Tunisians Begin Voting In A Referendum On President Saied’s New Constitution

Tunisians on Monday began voting in a referendum on a new constitution put forward by President Kais Saied, reported The Reuters.

The polling stations opened at 6am local time (05:00 GMT) on Monday, exactly a year from Saied’s sacking of the country’s government and his suspension of parliament, before he later decided to rule by decree.

The Tunisian opposition continues to criticize Saied for his actions which they say has amounted to a coup and an attempt to bring about a one-man rule in the country.

Saied, on the other hand, claims the changes made by him were necessary to rein in a corrupt political elite. He has hailed his changes as the foundation of a new Tunisian republic to put the revolution back on track and end years of political sclerosis and economic stagnation.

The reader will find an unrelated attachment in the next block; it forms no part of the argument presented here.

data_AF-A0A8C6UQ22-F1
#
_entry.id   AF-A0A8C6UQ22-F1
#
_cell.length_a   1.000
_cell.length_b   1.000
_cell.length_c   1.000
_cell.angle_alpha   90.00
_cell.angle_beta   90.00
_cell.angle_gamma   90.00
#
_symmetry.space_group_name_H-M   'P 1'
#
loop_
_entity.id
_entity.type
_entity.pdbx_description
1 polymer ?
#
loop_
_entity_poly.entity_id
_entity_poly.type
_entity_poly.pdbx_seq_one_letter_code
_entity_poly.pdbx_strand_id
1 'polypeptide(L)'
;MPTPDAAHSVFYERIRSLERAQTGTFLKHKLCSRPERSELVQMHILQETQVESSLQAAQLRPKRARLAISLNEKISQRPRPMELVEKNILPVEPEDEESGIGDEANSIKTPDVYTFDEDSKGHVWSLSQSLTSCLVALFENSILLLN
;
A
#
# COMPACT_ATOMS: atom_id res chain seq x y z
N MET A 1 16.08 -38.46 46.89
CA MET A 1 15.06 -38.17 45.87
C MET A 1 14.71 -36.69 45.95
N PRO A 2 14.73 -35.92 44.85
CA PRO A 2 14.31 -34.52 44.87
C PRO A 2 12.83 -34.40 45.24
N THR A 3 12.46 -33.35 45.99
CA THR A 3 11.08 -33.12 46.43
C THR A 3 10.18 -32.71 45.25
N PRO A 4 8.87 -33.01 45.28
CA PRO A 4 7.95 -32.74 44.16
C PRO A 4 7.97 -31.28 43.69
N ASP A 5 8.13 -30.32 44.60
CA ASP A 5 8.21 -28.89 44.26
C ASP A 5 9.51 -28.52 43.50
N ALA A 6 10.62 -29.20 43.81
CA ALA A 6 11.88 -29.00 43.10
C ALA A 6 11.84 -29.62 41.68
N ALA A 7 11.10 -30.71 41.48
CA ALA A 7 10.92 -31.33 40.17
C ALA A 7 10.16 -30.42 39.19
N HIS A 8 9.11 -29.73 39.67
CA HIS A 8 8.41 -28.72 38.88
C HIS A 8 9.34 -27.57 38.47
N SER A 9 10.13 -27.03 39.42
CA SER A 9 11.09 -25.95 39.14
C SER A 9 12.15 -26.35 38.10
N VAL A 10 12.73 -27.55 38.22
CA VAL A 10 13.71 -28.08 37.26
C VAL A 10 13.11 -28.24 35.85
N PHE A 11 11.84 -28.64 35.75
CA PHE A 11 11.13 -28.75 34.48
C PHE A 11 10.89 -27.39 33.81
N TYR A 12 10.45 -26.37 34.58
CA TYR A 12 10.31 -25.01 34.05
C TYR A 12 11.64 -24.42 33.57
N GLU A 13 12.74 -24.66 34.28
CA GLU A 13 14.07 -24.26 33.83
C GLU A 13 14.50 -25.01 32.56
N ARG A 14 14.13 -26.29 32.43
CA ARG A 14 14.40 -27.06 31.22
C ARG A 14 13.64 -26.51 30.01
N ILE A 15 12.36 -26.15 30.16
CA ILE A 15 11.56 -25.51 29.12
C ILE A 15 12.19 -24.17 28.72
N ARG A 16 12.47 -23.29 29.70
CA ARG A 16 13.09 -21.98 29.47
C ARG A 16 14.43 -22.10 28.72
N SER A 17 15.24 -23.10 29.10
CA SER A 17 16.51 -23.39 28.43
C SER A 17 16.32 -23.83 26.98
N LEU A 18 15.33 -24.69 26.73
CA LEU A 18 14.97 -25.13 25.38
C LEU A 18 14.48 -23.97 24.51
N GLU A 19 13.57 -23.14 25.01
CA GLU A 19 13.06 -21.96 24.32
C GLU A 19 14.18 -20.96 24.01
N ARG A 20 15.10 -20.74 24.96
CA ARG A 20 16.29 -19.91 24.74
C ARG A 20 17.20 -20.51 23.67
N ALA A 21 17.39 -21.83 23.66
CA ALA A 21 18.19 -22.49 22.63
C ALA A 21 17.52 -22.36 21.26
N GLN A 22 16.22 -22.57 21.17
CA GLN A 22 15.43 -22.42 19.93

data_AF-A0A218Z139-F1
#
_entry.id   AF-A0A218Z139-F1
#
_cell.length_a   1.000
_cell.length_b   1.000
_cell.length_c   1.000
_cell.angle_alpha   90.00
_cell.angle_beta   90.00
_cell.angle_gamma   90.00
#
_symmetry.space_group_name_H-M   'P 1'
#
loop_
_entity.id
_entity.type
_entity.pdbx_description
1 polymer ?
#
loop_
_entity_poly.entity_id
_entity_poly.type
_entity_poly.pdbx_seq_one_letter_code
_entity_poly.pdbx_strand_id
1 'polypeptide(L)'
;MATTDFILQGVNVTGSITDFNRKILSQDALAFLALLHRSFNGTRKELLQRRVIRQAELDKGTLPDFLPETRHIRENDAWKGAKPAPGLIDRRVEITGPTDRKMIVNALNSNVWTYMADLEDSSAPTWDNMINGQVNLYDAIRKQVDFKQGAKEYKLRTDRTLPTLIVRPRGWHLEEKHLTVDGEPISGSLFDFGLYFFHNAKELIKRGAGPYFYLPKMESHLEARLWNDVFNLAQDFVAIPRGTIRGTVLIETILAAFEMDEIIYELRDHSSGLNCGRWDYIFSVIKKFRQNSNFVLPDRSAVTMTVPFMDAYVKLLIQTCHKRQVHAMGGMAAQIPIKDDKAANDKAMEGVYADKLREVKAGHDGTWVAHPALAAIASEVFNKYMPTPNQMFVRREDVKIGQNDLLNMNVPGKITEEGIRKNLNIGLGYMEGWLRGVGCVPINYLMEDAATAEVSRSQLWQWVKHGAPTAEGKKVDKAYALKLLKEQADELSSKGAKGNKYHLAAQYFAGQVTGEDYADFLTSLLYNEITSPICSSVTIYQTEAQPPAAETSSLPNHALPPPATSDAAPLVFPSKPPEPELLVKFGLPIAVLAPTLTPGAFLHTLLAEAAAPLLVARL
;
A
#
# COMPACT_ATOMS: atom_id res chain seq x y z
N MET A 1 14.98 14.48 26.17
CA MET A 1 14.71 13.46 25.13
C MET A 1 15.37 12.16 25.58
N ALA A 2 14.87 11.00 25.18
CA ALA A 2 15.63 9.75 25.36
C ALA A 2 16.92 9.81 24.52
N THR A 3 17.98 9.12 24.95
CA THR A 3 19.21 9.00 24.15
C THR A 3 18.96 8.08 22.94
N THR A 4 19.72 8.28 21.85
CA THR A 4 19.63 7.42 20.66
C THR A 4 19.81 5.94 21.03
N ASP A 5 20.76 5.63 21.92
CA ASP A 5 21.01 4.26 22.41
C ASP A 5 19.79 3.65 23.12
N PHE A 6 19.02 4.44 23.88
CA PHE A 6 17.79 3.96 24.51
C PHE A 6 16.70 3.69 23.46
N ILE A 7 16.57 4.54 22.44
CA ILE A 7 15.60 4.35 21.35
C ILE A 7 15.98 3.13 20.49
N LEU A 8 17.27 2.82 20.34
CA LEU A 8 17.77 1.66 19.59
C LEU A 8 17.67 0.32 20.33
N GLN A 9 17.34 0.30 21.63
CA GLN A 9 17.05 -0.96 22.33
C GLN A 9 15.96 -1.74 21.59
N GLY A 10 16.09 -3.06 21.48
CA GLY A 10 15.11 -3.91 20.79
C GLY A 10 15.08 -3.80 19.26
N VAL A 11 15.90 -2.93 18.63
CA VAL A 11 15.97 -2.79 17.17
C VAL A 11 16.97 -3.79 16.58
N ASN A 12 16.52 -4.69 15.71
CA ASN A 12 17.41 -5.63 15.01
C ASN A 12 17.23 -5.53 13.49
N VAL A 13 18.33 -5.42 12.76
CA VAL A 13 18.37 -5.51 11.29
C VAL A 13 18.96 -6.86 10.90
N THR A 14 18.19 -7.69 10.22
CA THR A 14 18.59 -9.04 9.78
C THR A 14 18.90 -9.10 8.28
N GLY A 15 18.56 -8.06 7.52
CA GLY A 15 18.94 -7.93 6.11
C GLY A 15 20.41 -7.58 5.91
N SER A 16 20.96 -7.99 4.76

The referendum result will determine whether Tunisia changes from a hybrid parliamentary system or a presidential one.

Many people who are not in favor of the proposed constitution have said they will boycott the vote rather than give it legitimacy. There were mass protests in Tunis last week, and police cracked down on demonstrators on Friday.

Tunisia’s election commission began voting for Tunisians living abroad on Saturday. Its President Farouk Bouasker said the voting turnout, which ranges from 4.5 to 6.5 percent, appears to be quite low.

In a news confernec on Sunday, Bouasker said about 9.5 million people were registered to take part in the referendum, which, if true, is significantly higher than the 2019 legislative elections, where some seven million out of a total population of 12 million people registered to vote.

Notably, as per Saied’s rules for the referendum, no minimum level of participation among the 9.2 million registered Tunisian voters is needed to approve the new constitution. He has only announced that the constitution will come into effect once the final results are published, and has not said what happens if Tunisians reject it.

Caroline Finnegan

A professionnal journalist for the past ten years, I cover global news and economic affairs for The Chief Observer.

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